The great and chief end therefore, of Mens [sic] uniting into Commonwealths, and putting themselves under Government, is the Preservation of their Property.

Our democracy is mature enough to withstand temporary government intrusion into social media sites that host clear and present dangers to our property and well-being.  We have survived far greater intrusions into our freedom as historical contingencies -- usually wars -- required.  We didn't sink into the abyss of government despotism; indeed, by temporarily sacrificing a little liberty we obtained both liberty and safety.

Admittedly, we should be circumspect with our censorship and surveillance of online activity.  Even as antisocial zealots use social media to foment anarchy, let's also remember that web-based and mobile technologies channel good deeds, including organizing legitimate rallies for political reforms in countries like Egypt and Tunisia.  Even in England, social media sites elicited the fabulous resolve and traditional stiff upper lip response as proud citizens fought back with brooms and mops to tidy up and reclaim their communities.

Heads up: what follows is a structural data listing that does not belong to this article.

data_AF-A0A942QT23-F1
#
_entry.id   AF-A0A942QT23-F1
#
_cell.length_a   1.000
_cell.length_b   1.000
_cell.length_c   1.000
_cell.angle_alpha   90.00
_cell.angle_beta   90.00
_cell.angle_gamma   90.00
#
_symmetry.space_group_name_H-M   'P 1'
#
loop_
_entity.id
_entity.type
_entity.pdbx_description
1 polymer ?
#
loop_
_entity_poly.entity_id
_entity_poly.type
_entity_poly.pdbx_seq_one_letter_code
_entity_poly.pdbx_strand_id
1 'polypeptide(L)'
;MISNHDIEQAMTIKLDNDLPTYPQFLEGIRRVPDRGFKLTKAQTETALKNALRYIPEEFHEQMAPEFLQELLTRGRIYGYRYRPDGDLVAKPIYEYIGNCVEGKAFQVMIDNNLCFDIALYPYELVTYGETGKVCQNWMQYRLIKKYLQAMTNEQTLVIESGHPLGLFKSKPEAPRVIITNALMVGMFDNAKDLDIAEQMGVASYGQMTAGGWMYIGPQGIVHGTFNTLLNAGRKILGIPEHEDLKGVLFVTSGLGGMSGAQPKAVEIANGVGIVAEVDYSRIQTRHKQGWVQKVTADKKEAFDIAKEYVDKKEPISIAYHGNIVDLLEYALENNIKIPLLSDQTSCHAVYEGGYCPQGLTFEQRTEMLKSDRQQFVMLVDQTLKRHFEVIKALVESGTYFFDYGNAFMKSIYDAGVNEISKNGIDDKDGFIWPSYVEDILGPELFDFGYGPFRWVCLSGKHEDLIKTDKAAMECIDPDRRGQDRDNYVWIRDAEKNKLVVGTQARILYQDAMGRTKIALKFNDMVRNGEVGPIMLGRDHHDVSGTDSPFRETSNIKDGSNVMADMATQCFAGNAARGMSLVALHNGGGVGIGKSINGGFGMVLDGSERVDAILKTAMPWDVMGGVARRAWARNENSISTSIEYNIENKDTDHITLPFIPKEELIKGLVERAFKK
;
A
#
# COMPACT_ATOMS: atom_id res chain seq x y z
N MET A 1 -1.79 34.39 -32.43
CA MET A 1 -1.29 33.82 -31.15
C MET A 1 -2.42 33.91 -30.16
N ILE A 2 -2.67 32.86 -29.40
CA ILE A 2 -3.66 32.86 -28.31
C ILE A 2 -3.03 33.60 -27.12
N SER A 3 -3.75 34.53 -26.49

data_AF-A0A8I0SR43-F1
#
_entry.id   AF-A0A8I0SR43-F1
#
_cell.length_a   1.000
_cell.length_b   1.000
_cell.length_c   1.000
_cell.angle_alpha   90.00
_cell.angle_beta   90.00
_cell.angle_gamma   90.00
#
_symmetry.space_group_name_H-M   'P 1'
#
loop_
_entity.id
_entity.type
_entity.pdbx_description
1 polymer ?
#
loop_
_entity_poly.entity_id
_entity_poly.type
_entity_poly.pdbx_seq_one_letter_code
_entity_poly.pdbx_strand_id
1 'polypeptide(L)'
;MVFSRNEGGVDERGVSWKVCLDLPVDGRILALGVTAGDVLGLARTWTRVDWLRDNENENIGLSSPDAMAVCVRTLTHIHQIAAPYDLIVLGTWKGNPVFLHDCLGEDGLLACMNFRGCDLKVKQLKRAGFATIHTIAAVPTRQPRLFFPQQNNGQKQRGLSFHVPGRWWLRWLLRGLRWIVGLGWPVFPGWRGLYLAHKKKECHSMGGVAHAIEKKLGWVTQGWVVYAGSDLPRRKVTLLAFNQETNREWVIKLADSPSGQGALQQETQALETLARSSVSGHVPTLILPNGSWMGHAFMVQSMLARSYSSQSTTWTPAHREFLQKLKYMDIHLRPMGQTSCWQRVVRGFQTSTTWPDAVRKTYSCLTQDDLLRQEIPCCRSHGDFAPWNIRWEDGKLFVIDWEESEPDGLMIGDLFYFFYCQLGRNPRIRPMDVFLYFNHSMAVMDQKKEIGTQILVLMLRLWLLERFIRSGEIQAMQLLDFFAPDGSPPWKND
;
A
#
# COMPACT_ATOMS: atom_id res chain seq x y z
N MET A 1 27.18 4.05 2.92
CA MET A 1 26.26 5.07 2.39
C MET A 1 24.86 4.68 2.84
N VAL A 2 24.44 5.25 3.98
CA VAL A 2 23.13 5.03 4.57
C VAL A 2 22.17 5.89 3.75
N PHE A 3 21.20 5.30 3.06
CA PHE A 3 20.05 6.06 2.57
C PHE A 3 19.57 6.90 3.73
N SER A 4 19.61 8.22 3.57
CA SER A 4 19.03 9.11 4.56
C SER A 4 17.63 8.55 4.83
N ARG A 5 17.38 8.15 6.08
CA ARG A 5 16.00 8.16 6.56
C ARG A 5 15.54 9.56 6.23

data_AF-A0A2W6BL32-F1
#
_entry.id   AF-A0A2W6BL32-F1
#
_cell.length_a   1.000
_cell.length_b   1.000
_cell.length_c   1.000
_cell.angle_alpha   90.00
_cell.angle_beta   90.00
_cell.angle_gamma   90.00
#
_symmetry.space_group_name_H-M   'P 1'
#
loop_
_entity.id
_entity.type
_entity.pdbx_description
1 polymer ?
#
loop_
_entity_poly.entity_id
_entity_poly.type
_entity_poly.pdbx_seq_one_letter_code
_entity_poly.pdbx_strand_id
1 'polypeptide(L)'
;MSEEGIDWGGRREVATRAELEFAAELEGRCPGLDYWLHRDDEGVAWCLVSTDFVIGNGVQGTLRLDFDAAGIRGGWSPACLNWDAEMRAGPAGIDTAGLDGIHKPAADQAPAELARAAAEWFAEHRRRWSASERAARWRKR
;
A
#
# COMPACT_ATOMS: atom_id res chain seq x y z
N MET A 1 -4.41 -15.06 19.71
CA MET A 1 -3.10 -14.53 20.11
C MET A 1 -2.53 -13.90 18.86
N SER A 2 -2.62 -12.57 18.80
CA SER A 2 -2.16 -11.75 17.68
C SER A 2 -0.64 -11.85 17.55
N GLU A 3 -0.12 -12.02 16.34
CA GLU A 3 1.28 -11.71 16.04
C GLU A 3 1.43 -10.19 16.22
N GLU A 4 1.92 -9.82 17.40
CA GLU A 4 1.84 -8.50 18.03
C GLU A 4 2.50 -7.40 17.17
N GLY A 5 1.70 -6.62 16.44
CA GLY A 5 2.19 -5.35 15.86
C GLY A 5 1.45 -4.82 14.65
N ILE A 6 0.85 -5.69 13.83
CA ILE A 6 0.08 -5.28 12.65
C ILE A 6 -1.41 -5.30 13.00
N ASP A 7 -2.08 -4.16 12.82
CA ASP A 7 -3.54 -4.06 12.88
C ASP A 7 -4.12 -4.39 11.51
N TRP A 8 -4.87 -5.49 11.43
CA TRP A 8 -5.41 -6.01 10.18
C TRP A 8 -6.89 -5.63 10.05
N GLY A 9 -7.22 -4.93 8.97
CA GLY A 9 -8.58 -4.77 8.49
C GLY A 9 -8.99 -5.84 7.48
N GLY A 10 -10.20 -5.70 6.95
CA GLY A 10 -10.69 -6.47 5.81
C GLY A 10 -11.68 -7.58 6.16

Perhaps nobody overshadows Thomas Jefferson in his commitment to liberty.  Indeed, the author of one of the most influential documents in the history of the English language also said this when about to be burdened with the practicality of actual governance in 1801: "A wise and frugal government, which shall restrain men from injuring one another ... This is the sum of good government." I don't think I've ever heard a civil rights lawyer quote that one.

We should be very careful with our oversight of online activity, but let's not take an absolutist position that favors all liberty at the expense of security.  Wise and frugal governance may require occasional roadblocks in the wild and wooly Internet so that tyrannical mobs can't ambush us and jeopardize our life or pursuit of happiness.